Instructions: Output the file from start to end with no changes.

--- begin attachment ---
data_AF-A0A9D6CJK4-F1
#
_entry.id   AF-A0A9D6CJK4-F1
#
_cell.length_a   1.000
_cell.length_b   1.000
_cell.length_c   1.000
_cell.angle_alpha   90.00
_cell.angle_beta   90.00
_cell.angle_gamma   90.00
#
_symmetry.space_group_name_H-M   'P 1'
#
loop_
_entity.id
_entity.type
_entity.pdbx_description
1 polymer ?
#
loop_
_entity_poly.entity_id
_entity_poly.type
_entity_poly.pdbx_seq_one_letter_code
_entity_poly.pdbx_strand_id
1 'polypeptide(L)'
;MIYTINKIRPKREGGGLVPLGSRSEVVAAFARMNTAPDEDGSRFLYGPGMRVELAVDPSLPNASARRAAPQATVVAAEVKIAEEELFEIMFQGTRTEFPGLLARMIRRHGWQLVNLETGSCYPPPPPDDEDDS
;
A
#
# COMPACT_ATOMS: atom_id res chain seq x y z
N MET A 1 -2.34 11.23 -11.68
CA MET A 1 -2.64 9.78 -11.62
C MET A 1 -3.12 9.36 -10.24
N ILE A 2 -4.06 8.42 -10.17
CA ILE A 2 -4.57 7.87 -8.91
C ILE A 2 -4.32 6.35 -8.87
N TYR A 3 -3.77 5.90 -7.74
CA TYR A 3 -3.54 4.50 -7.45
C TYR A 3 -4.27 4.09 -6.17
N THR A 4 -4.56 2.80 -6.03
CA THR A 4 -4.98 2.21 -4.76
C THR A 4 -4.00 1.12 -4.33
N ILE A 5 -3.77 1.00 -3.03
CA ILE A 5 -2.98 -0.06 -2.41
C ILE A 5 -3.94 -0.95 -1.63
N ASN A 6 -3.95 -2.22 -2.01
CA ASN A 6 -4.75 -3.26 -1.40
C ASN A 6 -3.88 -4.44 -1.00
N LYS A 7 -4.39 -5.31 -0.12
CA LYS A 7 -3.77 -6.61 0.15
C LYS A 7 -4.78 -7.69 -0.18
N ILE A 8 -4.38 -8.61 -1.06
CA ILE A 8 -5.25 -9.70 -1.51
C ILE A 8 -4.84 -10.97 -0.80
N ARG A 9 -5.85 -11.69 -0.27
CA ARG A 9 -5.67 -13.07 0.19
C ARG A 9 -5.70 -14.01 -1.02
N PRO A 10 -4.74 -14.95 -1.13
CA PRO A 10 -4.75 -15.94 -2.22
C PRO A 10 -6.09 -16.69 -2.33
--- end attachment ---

data_AF-A0A9D6CJK4-F1
#
_entry.id   AF-A0A9D6CJK4-F1
#
_cell.length_a   1.000
_cell.length_b   1.000
_cell.length_c   1.000
_cell.angle_alpha   90.00
_cell.angle_beta   90.00
_cell.angle_gamma   90.00
#
_symmetry.space_group_name_H-M   'P 1'
#
loop_
_entity.id
_entity.type
_entity.pdbx_description
1 polymer ?
#
loop_
_entity_poly.entity_id
_entity_poly.type
_entity_poly.pdbx_seq_one_letter_code
_entity_poly.pdbx_strand_id
1 'polypeptide(L)'
;MIYTINKIRPKREGGGLVPLGSRSEVVAAFARMNTAPDEDGSRFLYGPGMRVELAVDPSLPNASARRAAPQATVVAAEVKIAEEELFEIMFQGTRTEFPGLLARMIRRHGWQLVNLETGSCYPPPPPDDEDDS
;
A
#
# COMPACT_ATOMS: atom_id res chain seq x y z
N MET A 1 -2.34 11.23 -11.68
CA MET A 1 -2.64 9.78 -11.62
C MET A 1 -3.12 9.36 -10.24
N ILE A 2 -4.06 8.42 -10.17
CA ILE A 2 -4.57 7.87 -8.91
C ILE A 2 -4.32 6.35 -8.87
N TYR A 3 -3.77 5.90 -7.74
CA TYR A 3 -3.54 4.50 -7.45
C TYR A 3 -4.27 4.09 -6.17
N THR A 4 -4.56 2.80 -6.03
CA THR A 4 -4.98 2.21 -4.76
C THR A 4 -4.00 1.12 -4.33
N ILE A 5 -3.77 1.00 -3.03
CA ILE A 5 -2.98 -0.06 -2.41
C ILE A 5 -3.94 -0.95 -1.63
N ASN A 6 -3.95 -2.22 -2.01
CA ASN A 6 -4.75 -3.26 -1.40
C ASN A 6 -3.88 -4.44 -1.00
N LYS A 7 -4.39 -5.31 -0.12
CA LYS A 7 -3.77 -6.61 0.15
C LYS A 7 -4.78 -7.69 -0.18
N ILE A 8 -4.38 -8.61 -1.06
CA ILE A 8 -5.25 -9.70 -1.51
C ILE A 8 -4.84 -10.97 -0.80
N ARG A 9 -5.85 -11.69 -0.27
CA ARG A 9 -5.67 -13.07 0.19
C ARG A 9 -5.70 -14.01 -1.02
N PRO A 10 -4.74 -14.95 -1.13
CA PRO A 10 -4.75 -15.94 -2.22
C PRO A 10 -6.09 -16.69 -2.33